The LAPD, LA County Sheriff's Department and other policing agencies stepped up patrols Monday at hundreds of elementary schools and middle schools in the LA Unified School District. The added student security comes after the elementary school shooting in Newtown, Conn., sparked nationwide concerns about school safety. Conan Nolan reports from Glassell Park for the NBC4 News at 5 p.m. on Jan. 7, 2013.
Backpacks in hand and books at the ready, thousands of children returned to Los Angeles schools on Monday after a winter break tinged with anxiety about the massacre at a Connecticut elementary school last month.
Waiting for them at many campuses were uniformed police officers, assigned by the LAPD, the Los Angeles County Sheriff’s Department and law enforcement agencies from smaller municipalities, assigned to the schools to ease anxieties and implement new safety programs.
Their effort was underscored Monday morning by renewed worries for childrens' safety, after a Glendale elementary school was evacuated at about 9 a.m.
Police told NBC4 that a bomb threat had been made against the school, R.D. White Elementary School on Doran Street.
The children were taken to a Whole Foods Market at Glendale Avenue and Lexington Drive, and all had been accounted for, said Glendale police spokesman Tom Lorenz. No bomb was found.
At the LA Unified School District's Main Street Elementary School in Vernon, Sara Faden was one of several police officers who will stop at the campus three times per day for at least the next few months.
Her job, she said, would be to “make a relationship” with students, parents and teachers as part of a broader effort to keep schools safe.
“We want to be a presence,” Faden said. “We want to be a visibility here at the school and get to know our neighborhood.”
Similar scenes were repeated throughout the massive district, where police came to patrol about 600 elementary, middle and early learning campuses. School police already patrol the district’s high schools.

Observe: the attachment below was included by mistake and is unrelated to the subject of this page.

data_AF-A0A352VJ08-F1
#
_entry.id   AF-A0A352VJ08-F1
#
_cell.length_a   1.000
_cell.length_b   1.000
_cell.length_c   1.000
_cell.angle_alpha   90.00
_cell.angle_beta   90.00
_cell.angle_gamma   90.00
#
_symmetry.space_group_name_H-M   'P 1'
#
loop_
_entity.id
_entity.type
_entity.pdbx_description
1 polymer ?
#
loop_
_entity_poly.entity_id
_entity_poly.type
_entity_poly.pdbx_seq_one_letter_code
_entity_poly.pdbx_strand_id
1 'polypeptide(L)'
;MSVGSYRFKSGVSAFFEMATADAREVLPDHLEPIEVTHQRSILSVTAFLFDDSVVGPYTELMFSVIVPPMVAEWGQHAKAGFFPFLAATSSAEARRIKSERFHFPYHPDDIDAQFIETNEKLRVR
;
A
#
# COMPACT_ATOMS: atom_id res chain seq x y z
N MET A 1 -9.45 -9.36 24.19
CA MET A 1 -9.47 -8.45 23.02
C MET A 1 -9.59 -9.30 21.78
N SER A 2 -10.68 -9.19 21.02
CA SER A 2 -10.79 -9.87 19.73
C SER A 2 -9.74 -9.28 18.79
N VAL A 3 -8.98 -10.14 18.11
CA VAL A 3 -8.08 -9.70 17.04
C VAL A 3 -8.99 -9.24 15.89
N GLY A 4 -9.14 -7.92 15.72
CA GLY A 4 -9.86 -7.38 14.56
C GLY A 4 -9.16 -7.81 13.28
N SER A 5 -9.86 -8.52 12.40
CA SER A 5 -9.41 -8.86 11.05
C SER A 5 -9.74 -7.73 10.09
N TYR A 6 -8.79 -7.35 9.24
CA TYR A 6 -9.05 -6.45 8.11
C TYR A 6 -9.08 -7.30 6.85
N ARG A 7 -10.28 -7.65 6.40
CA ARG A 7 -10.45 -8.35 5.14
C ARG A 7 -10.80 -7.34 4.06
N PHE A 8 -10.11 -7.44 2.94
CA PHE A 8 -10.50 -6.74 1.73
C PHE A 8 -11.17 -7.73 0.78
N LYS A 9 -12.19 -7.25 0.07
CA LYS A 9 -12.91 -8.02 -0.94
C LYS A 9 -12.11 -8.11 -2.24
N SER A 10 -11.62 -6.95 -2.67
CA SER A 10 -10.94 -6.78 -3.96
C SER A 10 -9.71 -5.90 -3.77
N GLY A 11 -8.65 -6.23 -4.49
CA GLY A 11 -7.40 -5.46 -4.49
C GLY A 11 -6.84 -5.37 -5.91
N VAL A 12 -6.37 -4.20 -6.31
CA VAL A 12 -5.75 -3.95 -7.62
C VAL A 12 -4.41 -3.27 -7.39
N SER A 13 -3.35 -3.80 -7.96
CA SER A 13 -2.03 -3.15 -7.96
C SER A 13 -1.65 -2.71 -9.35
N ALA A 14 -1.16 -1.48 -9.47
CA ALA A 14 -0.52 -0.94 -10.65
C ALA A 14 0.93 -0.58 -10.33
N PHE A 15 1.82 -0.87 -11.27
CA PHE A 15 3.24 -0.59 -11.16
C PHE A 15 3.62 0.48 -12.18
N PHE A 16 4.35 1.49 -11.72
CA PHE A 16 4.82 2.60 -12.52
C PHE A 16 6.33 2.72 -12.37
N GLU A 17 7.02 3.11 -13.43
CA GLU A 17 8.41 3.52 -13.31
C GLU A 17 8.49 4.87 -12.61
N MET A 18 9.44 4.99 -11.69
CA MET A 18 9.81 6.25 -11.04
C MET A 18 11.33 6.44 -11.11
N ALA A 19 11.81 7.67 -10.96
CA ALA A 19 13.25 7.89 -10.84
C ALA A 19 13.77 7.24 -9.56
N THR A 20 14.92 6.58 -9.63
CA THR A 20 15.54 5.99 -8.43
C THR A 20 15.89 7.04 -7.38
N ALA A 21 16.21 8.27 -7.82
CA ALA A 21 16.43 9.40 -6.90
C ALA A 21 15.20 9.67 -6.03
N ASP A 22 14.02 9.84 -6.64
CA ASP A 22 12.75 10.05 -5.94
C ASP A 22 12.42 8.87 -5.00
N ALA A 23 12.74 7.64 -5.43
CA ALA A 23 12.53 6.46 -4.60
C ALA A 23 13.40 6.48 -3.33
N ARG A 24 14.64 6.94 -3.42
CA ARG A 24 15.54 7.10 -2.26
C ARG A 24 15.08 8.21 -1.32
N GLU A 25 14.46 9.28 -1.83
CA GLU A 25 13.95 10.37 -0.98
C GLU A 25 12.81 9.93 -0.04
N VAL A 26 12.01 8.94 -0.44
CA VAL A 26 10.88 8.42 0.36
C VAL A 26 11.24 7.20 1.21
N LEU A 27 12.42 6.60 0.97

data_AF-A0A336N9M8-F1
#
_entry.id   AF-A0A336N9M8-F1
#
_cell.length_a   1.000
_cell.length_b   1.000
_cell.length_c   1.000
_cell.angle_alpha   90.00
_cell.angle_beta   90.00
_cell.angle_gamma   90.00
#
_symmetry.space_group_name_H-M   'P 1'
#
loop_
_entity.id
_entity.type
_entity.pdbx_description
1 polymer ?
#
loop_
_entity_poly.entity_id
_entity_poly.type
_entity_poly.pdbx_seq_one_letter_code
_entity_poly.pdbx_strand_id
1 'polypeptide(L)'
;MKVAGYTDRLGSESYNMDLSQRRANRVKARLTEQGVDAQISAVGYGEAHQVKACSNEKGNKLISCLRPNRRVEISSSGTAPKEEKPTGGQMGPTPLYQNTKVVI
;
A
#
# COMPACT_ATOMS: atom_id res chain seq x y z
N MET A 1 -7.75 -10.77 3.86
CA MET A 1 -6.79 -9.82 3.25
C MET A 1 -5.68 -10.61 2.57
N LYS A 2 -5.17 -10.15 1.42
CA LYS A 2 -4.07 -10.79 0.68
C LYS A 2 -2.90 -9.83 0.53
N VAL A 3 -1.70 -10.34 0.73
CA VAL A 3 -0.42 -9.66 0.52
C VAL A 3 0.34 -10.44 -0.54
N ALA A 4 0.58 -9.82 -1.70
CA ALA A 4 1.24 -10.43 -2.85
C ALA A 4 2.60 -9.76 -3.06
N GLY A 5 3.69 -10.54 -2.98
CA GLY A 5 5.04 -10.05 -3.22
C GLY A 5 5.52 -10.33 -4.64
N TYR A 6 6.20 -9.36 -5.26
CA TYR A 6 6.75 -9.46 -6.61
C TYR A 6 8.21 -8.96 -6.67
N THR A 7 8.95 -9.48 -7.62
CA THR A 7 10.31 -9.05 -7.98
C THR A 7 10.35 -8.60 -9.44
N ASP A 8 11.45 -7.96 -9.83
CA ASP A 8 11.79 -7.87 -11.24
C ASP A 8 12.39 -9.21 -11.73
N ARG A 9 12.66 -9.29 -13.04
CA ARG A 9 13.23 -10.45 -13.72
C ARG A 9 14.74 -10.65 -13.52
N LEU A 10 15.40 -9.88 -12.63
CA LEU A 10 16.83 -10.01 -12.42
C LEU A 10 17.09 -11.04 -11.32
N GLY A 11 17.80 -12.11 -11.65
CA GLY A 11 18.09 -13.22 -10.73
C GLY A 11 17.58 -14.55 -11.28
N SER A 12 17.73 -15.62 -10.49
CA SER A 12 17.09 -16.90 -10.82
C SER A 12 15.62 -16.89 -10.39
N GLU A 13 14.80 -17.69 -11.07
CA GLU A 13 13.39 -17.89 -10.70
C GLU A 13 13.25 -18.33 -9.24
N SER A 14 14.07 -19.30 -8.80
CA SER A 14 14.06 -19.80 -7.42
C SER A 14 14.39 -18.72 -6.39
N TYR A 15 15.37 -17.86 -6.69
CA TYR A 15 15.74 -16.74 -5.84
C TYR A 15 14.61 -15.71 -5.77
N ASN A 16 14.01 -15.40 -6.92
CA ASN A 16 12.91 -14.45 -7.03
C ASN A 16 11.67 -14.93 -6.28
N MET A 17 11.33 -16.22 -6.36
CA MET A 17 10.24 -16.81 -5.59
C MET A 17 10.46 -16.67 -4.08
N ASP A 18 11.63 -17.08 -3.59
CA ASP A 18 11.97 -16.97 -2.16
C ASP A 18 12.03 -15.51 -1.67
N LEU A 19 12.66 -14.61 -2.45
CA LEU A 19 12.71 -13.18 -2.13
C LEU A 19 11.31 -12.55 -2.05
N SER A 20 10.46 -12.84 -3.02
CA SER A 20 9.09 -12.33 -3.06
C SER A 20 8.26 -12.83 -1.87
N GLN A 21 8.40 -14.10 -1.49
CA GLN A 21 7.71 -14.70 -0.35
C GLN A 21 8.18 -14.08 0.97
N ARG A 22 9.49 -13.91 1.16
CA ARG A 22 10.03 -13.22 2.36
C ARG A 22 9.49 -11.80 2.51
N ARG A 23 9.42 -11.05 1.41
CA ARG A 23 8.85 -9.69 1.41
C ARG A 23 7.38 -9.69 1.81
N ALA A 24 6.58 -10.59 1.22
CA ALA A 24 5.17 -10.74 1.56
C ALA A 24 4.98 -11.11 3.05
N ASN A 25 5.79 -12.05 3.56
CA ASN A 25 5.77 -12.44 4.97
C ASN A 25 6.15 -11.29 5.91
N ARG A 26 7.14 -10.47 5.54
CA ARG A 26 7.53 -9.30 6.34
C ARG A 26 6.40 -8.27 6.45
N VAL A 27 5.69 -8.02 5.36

“We really want parents and community members to see that their community policing support is around them for extra security,” said LAUSD Superintendent John Deasy.
Beyond easing frayed nerves after the mass shooting in Newtown, Conn., on Dec. 14 – for LAUSD students the last day of classes before winter break – it is not yet clear how the stepped-up patrols would impact student safety should a deranged killer gain access to a school.
Deasy and others have said that the police presence must be combined with school and family safety plans. Some, but not all, schools at the middle school level have metal detectors at the entrances, and the district has not yet said whether it will install them in additional locations.
It is also not certain how long the patrols will last. The cash-strapped LAPD has said it will evaluate the program over time, Deasy said.
LAPD Charlie Beck said that the goal at this point is "for every Los Angeles police officer to have a relationship with our elementary and middle schools, and to ensure that all of them get visited at least once a day."
But he conceded that the patrol visits might not be enough to prevent all dangerous incidents at school.
"It is a preventative measure," Beck said. "Is it 100%? Will it absolutely, positively prevent a horrific incident such as occurred in Connecticut? No. But nothing can."
Beck did not say how long he expected the program to last. Its longevity would depend in part on the needs of the campuses and the work loads of the officers, he said.
School board president Monica Garcia said she and other district officials have been working to find ways to help children feel safe since the killings in Newtown last month.
Today’s patrols, she said, are meant to do that.
“We have told the parents today the safety of their children is of the utmost importance,” Garcia said. “We have to work together. We have to build healthy relationships with parents, with students, with employees.”